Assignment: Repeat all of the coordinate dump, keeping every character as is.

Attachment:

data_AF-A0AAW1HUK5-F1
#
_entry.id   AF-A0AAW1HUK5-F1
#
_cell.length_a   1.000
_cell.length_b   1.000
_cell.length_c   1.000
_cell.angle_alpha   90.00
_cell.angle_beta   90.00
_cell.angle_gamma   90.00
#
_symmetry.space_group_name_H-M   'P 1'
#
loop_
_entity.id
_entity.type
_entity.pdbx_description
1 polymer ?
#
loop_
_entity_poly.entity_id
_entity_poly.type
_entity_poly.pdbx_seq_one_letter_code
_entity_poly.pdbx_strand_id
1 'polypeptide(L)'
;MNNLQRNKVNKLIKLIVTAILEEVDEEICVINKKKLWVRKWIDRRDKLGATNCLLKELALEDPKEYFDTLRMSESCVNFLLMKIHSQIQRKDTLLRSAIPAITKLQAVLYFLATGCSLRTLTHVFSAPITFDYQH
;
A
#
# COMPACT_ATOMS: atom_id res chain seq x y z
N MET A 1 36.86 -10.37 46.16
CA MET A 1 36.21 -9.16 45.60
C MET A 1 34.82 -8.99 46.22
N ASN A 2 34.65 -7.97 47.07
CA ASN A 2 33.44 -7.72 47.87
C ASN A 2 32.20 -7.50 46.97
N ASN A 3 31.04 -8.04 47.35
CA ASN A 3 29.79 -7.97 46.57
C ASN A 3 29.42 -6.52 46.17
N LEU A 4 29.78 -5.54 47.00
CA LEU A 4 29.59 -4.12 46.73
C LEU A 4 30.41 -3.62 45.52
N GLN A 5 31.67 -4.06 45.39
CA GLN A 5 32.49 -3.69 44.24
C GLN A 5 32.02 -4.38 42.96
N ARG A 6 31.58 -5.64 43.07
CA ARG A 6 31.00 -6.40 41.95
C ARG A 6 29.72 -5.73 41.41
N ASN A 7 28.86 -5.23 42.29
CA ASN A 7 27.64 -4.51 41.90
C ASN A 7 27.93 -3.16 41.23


data_AF-A0AAW1HUK5-F1
#
_entry.id   AF-A0AAW1HUK5-F1
#
_cell.length_a   1.000
_cell.length_b   1.000
_cell.length_c   1.000
_cell.angle_alpha   90.00
_cell.angle_beta   90.00
_cell.angle_gamma   90.00
#
_symmetry.space_group_name_H-M   'P 1'
#
loop_
_entity.id
_entity.type
_entity.pdbx_description
1 polymer ?
#
loop_
_entity_poly.entity_id
_entity_poly.type
_entity_poly.pdbx_seq_one_letter_code
_entity_poly.pdbx_strand_id
1 'polypeptide(L)'
;MNNLQRNKVNKLIKLIVTAILEEVDEEICVINKKKLWVRKWIDRRDKLGATNCLLKELALEDPKEYFDTLRMSESCVNFLLMKIHSQIQRKDTLLRSAIPAITKLQAVLYFLATGCSLRTLTHVFSAPITFDYQH
;
A
#
# COMPACT_ATOMS: atom_id res chain seq x y z
N MET A 1 36.86 -10.37 46.16
CA MET A 1 36.21 -9.16 45.60
C MET A 1 34.82 -8.99 46.22
N ASN A 2 34.65 -7.97 47.07
CA ASN A 2 33.44 -7.72 47.87
C ASN A 2 32.20 -7.50 46.97
N ASN A 3 31.04 -8.04 47.35
CA ASN A 3 29.79 -7.97 46.57
C ASN A 3 29.42 -6.52 46.17
N LEU A 4 29.78 -5.54 47.00
CA LEU A 4 29.59 -4.12 46.73
C LEU A 4 30.41 -3.62 45.52
N GLN A 5 31.67 -4.06 45.39
CA GLN A 5 32.49 -3.69 44.24
C GLN A 5 32.02 -4.38 42.96
N ARG A 6 31.58 -5.64 43.07
CA ARG A 6 31.00 -6.40 41.95
C ARG A 6 29.72 -5.73 41.41
N ASN A 7 28.86 -5.23 42.29
CA ASN A 7 27.64 -4.51 41.90
C ASN A 7 27.93 -3.16 41.23